Understanding the Patient Experience to Improve Patient Access to Medical Records
Melissa Crawford is a mother from Concord, NH. Her two year old daughter, Ava, has a congenital heart defect and was recently diagnosed with epilepsy. Melissa loves Ava’s physician’s patient portal since it allows her to easily book appointments and refill Ava’s medications online. But when Ava’s pediatrician needed medical records from Ava’s five specialists, the various patient portals did not provide all the health information the doctor needed. Melissa set off on a stressful and complicated journey to gather the information from the five specialists in time for Ava’s appointment with her pediatrician.
Melissa is one of three patients and caregivers personas you will meet in The Office of the National Coordinator for Health Information Technology’s (ONC) new report, Improving the Health Records Request Process for Patients: Insights from User Experience Research Link. Personas, like Melissa and Ava, are fictional characters created based on real patients and caregivers we spoke with for this report. This report explores their experiences with getting and using their health information, exercising their rights to access provided by HIPAA.
Patients Don’t Have Easy Access to All the Health Information They Need
Although patient health data is now available electronically more than ever before, our research found that patients and caregivers still face challenges accessing the information they need, when they need it. While caregivers, like Melissa, appreciate patient portal features, they found their portals provide only a snapshot of their health information. Individuals who need more detailed data for their care often have to request their medical records through their providers’ office or hospital. The medical record request process can be confusing for patients to navigate and is not often available electronically.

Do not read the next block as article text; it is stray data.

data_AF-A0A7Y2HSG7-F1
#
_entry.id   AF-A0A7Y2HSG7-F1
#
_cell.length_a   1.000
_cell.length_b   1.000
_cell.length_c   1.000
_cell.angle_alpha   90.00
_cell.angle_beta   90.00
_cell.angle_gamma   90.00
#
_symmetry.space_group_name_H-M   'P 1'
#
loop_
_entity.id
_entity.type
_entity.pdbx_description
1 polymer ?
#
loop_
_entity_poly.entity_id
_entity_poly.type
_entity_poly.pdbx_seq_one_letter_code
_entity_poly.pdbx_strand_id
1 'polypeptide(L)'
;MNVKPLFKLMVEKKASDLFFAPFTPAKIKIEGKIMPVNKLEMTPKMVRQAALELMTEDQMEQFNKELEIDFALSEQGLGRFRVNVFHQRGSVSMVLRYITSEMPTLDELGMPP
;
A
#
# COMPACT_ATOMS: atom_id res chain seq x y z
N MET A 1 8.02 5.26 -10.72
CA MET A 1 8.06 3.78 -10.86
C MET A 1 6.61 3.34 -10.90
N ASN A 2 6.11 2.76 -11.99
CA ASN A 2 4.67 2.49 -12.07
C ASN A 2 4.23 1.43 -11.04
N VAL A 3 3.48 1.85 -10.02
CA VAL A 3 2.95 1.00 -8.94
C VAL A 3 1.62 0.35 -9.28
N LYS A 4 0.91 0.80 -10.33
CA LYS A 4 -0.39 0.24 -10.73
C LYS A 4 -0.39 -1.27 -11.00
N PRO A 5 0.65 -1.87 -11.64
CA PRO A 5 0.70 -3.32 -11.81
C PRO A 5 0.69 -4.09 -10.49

After months of waiting and difficulties, Melissa successfully received her daughter’s records but expressed frustration over the process: “It takes so much time. I just wish the process was the same everywhere.”
A Patient-Centered Request Process Benefits Patients and Health Systems
The report also includes an analysis of medical record release information and forms from 50 large health systems across the country and the results of discussions with health system professionals and stakeholders. We found that both patients and health systems have shared needs: like patients, health system’s medical records managers are also burdened with a fragmented process. But both patients and health systems have the same goal – to get the patient their medical records. Improving the process is a win-win for both patients and health systems.
Take Action Today to Improve Patients’ Experience with Accessing their Medical Records
When individuals have access to their health information, they can better coordinate their care and have greater control over their health and wellbeing. Innovations, like application program interfaces (APIs) and mobile apps, hold promise that in the near future people will be able to seamlessly and securely access, use, and share their health information. But in the meantime, there are short-term solutions to make the process less stressful for everyone today. Our report outlines design opportunities to improve patients’ experience and create a user-friendly request process.
We drew upon the report’s findings to develop new content in ONC’s Patient Engagement Playbook. Chapter 2.5: Support Electronic Record Requests provides actionable tips for healthcare providers, care teams, and office staff to make the medical record request process more streamlined, transparent, and electronic.
Whether you’re a provider, hospital staff, an innovator, or a patient, everyone can work together to create a better experience for patients and their caregivers, like Ava and Melissa, and make it easier for them to get their health information when and where they need it.
This post was originally published on the Health IT Buzz and is syndicated here with permission.